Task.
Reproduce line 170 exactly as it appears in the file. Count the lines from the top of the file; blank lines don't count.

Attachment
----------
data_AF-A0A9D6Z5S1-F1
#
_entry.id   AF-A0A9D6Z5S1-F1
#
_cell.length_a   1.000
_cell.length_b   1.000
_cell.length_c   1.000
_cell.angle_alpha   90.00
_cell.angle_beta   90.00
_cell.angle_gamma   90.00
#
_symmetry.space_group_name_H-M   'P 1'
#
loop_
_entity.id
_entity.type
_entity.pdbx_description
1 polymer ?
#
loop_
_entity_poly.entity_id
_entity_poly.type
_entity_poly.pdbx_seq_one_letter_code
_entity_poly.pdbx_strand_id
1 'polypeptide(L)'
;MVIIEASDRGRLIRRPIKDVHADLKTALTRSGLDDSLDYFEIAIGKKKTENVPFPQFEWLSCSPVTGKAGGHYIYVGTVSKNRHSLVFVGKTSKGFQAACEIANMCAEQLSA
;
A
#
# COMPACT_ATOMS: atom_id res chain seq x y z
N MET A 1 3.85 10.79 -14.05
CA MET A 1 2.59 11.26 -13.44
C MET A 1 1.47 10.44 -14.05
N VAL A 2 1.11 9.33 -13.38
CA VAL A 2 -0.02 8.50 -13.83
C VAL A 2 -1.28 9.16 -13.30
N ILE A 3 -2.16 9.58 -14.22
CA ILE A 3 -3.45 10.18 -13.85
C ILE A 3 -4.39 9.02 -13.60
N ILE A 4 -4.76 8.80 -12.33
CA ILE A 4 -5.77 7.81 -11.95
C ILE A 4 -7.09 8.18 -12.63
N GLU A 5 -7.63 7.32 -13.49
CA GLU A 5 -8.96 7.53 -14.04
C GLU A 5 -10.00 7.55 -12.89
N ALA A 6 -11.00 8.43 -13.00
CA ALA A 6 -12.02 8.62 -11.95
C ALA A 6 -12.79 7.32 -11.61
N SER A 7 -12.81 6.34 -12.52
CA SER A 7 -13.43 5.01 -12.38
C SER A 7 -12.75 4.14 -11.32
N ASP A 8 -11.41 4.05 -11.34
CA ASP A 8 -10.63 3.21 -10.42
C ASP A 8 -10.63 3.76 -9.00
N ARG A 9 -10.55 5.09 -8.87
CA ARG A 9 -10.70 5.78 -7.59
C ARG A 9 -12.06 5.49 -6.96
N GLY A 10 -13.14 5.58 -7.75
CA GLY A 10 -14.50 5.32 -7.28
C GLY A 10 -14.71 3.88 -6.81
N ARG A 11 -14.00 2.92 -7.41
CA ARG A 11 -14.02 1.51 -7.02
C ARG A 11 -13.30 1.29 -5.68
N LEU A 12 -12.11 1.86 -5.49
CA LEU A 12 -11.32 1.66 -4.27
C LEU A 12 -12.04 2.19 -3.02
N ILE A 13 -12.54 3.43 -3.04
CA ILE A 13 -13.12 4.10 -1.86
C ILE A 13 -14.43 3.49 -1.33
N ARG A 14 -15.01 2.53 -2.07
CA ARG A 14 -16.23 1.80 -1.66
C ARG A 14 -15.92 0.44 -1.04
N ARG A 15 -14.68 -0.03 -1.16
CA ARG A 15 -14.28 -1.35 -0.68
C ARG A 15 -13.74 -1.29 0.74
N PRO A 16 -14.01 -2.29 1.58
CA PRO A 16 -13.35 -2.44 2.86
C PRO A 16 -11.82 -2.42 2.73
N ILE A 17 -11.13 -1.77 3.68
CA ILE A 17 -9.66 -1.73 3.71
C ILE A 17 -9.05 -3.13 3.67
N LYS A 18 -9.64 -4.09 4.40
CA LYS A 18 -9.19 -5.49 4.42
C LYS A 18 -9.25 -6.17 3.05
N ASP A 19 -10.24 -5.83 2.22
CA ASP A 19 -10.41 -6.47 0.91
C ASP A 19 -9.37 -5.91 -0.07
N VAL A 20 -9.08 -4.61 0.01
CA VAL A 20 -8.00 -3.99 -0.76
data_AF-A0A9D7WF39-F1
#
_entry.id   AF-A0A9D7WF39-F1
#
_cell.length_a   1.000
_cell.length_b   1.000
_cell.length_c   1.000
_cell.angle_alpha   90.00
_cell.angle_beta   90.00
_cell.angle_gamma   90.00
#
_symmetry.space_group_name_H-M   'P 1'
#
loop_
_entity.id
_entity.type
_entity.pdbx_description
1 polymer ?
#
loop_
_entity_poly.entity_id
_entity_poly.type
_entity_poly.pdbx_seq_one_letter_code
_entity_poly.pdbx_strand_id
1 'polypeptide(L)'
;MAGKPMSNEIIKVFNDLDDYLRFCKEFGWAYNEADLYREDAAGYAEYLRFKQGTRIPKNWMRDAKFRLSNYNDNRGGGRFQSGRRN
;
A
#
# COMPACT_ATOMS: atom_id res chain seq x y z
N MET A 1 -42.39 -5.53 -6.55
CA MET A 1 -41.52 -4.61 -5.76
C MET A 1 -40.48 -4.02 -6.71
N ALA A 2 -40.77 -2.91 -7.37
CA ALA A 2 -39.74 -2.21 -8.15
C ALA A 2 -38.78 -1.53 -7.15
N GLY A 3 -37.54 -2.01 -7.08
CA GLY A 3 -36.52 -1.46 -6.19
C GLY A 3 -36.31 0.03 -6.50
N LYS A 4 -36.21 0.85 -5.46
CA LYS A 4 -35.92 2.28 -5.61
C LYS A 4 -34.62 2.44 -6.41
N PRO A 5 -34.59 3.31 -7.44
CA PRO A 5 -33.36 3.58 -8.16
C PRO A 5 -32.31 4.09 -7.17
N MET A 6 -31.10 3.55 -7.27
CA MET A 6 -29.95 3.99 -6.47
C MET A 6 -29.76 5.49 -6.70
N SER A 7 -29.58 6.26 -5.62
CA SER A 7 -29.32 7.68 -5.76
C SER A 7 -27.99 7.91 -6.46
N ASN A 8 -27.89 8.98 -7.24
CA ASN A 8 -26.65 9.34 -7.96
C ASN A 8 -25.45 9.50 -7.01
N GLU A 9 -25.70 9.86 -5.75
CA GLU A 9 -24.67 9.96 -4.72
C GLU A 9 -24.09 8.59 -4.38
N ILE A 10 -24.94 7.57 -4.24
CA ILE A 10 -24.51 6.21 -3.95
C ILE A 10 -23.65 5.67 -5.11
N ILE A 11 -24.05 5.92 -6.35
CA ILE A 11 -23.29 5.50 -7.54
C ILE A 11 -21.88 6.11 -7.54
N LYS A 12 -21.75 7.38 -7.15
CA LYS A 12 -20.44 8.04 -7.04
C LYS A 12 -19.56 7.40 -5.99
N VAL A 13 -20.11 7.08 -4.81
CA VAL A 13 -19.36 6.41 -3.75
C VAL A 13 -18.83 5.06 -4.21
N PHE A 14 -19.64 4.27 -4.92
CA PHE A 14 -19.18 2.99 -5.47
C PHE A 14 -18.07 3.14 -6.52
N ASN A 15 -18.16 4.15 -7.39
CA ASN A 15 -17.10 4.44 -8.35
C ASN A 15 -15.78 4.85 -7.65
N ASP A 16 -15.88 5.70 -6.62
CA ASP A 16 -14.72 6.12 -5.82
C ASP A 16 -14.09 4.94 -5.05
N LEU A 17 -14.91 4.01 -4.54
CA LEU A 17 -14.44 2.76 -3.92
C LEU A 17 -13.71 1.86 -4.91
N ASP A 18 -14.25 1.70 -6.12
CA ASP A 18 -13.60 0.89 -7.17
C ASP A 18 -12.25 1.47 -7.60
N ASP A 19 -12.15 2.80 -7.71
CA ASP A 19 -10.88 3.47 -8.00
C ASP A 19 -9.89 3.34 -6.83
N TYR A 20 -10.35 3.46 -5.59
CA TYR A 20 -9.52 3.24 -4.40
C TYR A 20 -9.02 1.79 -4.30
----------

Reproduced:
C LEU A 17 -13.71 1.86 -4.91